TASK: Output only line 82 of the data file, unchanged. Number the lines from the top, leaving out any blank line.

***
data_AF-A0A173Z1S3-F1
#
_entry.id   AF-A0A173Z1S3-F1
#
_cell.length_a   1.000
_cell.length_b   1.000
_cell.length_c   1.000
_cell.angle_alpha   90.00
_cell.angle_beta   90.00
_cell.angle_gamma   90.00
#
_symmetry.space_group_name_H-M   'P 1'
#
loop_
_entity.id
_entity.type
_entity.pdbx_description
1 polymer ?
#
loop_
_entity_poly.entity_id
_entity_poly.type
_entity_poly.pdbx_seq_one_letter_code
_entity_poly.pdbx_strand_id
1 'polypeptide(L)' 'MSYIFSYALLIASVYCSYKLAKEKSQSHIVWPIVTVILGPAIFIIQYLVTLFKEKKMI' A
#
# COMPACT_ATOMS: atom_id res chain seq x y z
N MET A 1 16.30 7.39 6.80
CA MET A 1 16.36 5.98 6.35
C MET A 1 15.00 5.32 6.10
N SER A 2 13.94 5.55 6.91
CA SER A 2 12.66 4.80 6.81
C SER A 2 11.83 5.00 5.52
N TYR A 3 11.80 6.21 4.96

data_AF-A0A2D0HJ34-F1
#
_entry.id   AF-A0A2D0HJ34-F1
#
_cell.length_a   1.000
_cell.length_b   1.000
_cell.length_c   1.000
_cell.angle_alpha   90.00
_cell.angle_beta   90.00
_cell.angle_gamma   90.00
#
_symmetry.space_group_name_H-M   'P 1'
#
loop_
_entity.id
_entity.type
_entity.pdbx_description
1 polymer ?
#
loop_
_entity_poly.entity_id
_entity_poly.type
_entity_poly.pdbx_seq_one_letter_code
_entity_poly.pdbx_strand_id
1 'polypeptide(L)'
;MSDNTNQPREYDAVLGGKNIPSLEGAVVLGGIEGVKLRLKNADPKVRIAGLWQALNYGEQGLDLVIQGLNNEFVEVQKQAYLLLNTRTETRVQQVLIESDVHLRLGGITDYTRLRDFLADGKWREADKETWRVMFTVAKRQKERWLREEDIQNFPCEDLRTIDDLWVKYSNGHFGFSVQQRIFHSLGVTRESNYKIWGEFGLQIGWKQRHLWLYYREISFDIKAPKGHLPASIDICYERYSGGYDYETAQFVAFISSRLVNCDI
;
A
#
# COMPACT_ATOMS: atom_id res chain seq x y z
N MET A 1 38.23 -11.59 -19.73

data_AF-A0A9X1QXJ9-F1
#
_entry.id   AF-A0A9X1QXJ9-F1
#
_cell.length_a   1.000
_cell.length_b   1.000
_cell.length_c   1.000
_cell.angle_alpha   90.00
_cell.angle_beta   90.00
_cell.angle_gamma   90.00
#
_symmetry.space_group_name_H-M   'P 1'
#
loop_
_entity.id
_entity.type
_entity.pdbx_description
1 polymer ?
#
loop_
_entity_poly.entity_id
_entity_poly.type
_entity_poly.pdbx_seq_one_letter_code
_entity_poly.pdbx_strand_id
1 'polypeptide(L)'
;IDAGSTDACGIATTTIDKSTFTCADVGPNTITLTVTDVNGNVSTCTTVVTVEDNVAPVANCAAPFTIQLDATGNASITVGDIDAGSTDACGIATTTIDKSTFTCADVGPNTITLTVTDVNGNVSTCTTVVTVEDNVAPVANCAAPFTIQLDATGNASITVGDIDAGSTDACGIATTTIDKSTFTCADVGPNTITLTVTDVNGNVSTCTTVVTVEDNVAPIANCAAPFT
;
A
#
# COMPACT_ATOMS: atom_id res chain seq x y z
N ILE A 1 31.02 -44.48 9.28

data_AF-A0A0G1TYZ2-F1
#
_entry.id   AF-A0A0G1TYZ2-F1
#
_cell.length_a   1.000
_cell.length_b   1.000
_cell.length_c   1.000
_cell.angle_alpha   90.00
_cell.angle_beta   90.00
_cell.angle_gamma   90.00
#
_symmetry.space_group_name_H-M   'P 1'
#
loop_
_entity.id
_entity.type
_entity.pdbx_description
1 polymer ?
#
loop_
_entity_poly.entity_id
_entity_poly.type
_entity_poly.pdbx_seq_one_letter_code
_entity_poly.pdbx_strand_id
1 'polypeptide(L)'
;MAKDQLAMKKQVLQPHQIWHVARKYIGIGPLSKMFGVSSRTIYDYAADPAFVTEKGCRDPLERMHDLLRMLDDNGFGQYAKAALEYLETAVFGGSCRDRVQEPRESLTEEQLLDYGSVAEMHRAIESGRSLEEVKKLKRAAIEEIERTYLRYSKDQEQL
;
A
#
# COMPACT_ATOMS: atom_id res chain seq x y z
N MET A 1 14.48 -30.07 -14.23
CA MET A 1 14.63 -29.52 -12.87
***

_entity.pdbx_description